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KC-135 Landing Weight

The max landing weight for the KC-135 is now 235,000 pounds because of the initiative displayed by one Airman in the CAOC. Concerned by the high incidences of fuel dumping, he was determined to reduce fuel dump frequency and avoid wasting an increasingly valuable resource. He came up with an innovative solution to increase the 1950s-era 200,000 pound landing weight restriction to 235,000 pounds. He worked with maintenance, sustainment professionals, and operators to ensure there were no hidden costs or safety issues associated with the proposed increase. When none were identified, he successfully worked to change AFI-11-2KC-135V3 to reflect the new max landing weight, thereby reducing AOR dump frequency by 80% and volume dumped by 90%.

Claiborne RANGE

Air Force Operational Energy brought together Air Force Reserve Command (AFRC) and Air Force Global Strike Command (AFGSC) to identify an opportunity to increase flight training time by upgrading the Camp Claiborne (LA) training range. In 2016, with AFRC funding, emitter training equipment was upgraded and new equipment was installed allowing AFGSC's B-52s to train locally rather than flying all the way to New Mexico or other distant ranges. The upgrade decreased B-52 transit time by up to one hour, allowing for optimized aircrew training and decreased sustainment costs.

KC-135 C-PUP

The KC-135 C-PUP program is an engine sustainability program that has significant OE fuel efficiency impact. The program upgrades the F-108 engine core, boosting efficiency and increasing reliability by installing new high-pressure turbines, nozzles, shrouds, compressor blades and vanes. KC-135 Program office testing of the modified engine against baseline configuration confirmed 1.5% increase in fuel efficiency, along with tremendous savings in depot maintenance costs.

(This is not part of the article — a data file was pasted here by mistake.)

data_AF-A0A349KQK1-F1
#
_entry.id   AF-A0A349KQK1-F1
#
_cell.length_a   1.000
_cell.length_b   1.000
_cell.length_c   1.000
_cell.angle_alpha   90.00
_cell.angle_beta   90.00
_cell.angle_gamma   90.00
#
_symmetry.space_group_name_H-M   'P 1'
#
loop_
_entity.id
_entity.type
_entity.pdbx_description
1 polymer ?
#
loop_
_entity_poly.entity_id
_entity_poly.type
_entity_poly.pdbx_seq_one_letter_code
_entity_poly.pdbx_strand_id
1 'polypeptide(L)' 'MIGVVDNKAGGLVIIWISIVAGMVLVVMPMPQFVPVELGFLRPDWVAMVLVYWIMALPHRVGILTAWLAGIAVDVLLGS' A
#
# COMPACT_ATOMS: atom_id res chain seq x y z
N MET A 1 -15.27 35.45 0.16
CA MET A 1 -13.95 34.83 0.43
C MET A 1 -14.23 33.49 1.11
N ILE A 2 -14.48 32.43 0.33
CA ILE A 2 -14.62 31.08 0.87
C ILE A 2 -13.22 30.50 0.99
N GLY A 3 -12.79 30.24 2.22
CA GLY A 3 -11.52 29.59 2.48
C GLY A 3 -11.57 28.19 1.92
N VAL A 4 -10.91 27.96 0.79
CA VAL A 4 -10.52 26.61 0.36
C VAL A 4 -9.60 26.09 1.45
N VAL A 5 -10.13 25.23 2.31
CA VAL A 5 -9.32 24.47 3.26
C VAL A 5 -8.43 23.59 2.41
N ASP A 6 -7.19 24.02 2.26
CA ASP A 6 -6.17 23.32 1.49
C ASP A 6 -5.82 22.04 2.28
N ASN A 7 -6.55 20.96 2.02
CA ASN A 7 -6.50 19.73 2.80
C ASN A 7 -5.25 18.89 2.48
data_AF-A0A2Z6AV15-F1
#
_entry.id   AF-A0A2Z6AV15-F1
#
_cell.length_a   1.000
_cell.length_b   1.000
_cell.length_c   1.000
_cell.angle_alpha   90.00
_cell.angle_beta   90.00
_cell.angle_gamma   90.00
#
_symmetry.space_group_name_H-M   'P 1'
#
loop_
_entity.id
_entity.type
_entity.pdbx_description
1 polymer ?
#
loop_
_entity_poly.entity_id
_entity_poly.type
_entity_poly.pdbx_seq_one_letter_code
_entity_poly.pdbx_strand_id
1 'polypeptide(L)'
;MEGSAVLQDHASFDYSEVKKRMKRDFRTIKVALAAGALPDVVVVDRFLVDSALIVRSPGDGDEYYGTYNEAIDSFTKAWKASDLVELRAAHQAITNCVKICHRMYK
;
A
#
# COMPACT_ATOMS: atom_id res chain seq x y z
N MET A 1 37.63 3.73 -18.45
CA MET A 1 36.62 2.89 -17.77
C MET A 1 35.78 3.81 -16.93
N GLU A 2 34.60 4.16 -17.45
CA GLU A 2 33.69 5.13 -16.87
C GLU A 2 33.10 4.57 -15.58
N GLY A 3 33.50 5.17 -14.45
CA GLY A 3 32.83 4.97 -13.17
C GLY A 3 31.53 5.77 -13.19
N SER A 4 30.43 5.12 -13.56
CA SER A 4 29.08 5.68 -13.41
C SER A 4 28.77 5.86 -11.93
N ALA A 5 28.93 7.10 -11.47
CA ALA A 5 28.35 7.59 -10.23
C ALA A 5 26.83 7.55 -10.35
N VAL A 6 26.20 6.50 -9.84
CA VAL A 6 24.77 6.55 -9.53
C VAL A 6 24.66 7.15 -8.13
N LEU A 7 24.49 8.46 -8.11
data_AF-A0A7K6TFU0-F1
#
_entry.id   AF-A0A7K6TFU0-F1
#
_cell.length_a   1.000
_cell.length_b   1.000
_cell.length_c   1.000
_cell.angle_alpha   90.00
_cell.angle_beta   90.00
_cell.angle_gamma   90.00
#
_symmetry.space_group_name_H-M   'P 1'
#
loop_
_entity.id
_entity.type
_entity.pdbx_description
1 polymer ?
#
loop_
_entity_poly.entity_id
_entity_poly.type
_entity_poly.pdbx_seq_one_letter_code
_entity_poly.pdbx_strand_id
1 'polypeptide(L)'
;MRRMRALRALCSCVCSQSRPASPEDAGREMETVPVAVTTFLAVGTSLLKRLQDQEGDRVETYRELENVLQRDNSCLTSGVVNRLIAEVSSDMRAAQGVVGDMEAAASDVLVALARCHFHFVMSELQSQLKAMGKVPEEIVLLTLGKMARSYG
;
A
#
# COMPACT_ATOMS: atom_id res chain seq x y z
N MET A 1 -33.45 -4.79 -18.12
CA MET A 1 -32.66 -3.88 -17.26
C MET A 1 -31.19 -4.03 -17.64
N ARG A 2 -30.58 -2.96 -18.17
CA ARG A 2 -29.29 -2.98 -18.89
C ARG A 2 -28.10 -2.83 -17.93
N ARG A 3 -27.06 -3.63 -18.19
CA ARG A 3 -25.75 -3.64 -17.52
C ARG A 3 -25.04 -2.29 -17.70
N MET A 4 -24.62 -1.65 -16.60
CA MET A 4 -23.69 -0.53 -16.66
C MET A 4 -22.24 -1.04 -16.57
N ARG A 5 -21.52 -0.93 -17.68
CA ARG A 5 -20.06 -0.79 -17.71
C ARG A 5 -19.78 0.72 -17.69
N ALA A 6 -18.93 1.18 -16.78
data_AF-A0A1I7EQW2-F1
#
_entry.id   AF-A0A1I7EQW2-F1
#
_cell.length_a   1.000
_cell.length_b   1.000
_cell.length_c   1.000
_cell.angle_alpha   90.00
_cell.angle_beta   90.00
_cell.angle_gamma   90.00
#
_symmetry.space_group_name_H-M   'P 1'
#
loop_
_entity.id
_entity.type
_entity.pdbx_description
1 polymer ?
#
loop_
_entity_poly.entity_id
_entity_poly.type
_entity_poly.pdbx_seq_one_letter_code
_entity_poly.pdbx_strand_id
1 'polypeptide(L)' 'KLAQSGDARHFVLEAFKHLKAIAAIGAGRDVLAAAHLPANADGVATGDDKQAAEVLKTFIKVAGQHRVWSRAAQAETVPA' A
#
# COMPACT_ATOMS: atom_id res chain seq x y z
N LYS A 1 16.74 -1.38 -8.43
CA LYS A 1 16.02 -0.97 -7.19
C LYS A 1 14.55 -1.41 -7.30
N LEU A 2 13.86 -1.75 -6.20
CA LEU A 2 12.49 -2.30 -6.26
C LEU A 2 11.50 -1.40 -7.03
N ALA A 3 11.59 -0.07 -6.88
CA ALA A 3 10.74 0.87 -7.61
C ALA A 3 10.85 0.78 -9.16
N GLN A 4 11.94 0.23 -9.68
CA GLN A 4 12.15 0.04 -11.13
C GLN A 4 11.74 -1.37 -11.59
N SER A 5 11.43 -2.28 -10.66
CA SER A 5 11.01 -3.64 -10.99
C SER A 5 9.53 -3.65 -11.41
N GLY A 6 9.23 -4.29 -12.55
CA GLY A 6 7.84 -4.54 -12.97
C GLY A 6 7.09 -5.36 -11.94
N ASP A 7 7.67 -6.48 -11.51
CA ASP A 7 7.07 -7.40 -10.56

Mission Index Flying (MIF)

Current Mobility Air Force (MAF) aircraft lack sufficient built-in capability for aircrews to calculate flight profiles inflight to optimally balance mission effectiveness with fuel efficiency. Investments in a Mission Indexed Flying (MIF) capability enable aircrews to create and use optimized flight plans correlated with aircraft performance to ensure flight planned profiles (ground solutions) can be matched to the Flight Management System (FMS) flight profiles (airborne solutions) to enhance effective and efficient mission execution. 
Specifically, this initiative deploys commercial off the shelf Mission Indexed Flying software across the KC-10, KC-135, C-17, and C-5 fleets to reduce fuel consumption by calculating optimum altitudes and speeds, that are based on actual flight conditions versus planned conditions.

Vance Air Force Base

Seeking the greatest impact on the future pilot force, the Operational Energy team worked with Vance Air Force Base leadership and students to demonstrate the impact of operational energy awareness on fuel consumption. Reservist T-1A Instructor Pilot, Mark Lyons, with the help of simulator instructors, designed navigation sortie profiles at optimum altitudes and speeds that also used fuel efficient descent procedures.


Mr. Roberto Guerrero
Deputy Assistant Secretary
Operational Energy 

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